implementation only allows straight route navigation). The aircraft then tries
to reach the resulting direction, with a limit of 3o/s on the turning rate.
In most cases this method ensures avoidance and generates smooth trajectories
(which however are not flyable by a human pilot since during maneuvers heading
changes slightly at every step of computation). Some problems still occur in
cases where the angle between the two trajectories is small and the ratio of
the speeds is close to 17
Two different implementations have been tested. One is truly reactive, all
intruder aircraft are taken into account, which includes many aircraft that
don't really constitute a threat. The only parameters used to distinguish
aircraft that may generate a conflict are distance and closing speed, therefore
the selection process is not very efficient.
In the other version, aircraft trajectories are first simulated (without
resolution, ie aircraft fly straight to their destination) to detect future
conflicts. Typically the simulation occurs every 1 to 5 minutes, and spans over
the next 5 to 20 minutes. An increased horizontal separation (usually twice the
normal separation) and the uncertainty approximation described in part
3.1 are used to build clusters. The computation of
reactive forces is then only applied to aircraft of the same
clusters. The time of computation is
approximately divided by 6.
4 RESULTSThe results presented below are simulations using different modules
regarding the centralized problem solver and the on board conflict
solver presented above, and the impact of reduced vertical separation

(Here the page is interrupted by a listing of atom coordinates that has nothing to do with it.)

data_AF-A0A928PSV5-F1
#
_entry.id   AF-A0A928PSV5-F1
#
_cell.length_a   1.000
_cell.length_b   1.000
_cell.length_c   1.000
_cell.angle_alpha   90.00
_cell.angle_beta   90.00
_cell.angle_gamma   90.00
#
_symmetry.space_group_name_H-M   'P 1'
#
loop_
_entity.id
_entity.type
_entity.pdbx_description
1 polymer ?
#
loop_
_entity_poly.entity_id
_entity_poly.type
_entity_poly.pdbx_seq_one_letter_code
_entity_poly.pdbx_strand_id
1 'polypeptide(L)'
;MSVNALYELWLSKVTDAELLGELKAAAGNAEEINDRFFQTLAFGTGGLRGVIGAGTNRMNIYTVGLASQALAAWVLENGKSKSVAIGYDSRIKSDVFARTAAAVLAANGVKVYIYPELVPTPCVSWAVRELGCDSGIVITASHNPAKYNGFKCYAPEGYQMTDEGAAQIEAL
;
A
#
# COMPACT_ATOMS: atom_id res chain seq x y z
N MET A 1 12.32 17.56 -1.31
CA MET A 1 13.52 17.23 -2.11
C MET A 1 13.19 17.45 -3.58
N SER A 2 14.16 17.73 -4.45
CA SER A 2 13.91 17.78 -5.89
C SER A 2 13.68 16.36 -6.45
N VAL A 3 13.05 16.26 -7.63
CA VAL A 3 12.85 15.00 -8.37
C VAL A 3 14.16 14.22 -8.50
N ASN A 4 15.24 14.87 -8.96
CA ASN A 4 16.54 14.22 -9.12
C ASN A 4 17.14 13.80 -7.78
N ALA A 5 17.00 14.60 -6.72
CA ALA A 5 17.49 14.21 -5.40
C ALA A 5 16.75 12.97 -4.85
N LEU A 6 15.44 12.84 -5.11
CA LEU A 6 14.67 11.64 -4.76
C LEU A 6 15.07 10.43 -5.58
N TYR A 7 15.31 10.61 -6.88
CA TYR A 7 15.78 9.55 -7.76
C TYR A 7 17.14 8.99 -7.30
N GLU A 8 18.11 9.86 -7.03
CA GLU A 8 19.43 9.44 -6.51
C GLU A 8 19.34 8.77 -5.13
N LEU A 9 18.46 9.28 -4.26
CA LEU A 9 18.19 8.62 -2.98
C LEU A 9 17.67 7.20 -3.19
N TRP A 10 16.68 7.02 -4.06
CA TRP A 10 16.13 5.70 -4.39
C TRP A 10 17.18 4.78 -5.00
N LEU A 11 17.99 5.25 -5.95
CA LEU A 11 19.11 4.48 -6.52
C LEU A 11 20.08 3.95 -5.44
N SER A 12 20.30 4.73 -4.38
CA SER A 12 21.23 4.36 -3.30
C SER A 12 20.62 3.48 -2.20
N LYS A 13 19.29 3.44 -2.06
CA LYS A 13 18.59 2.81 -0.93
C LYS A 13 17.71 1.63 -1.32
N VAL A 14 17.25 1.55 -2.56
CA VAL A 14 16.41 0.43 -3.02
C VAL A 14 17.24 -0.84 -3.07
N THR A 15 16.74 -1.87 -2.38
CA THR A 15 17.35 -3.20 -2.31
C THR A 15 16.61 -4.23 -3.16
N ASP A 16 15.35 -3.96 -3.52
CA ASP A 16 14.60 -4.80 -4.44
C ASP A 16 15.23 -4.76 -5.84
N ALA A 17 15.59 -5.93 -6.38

minima (RVSM) on conflict workload, built on top of
the CATS simulator. These simulation are not exhaustive and are
examples of the possibilities offered by CATS.
4.1 Centralized problem solver
A complete experiment
done with unregulated flight plans of the 21th of June 1996 is
described here. It involves
6388 aircraft over France. Uncertainties on climbing rate and ground
speed are respectively set to 20% and 5%, and standard
separations are set to 6 nm and 1000 feet. The experiment is run
under the Direct Route hypothesis (aircraft are allowed to go directly
to their destination). We only detect and solve conflicts above
10000 feet, as we are only interested in En Route conflicts. Aircraft
entering Paris TMA control area are sequenced on the TMA entry points,
but no control is done inside the TMA. The simulation was performed in
real time on 5 pentium 200.
When running this one day test with a very basic conflict detection algorithm
(only actual conflicts are detected, with no uncertainty on speed)
and with no conflict resolution, 1649 conflicts are detected.
When running the complete simulation with detection and resolution,
the DC process detects 5064 1-to-1 different conflicts (This means
that a detected conflict has 1649/ 5064=32.6% chance to
really occur. The
problem solver resolves 9130 clusters of different sizes (from 2
to 32 aircraft). There are 4155 clusters including different sets of
aircraft. There is no unsolved cluster and consequently no conflict remains.
Only 1687 aircraft are given 2200 maneuvers which represents 1.3
maneuver per aircraft. The mean duration of a maneuver is
1337 aircraft are delayed before taking off or entering the French
airspace. For these aircraft, the mean take off or entering delay is
2mn 56s (maximum 6mn). The global mean take off or entering delay
The mean maneuver duration expectation per aircraft is 49s which
represents 1.79% of the flight duration.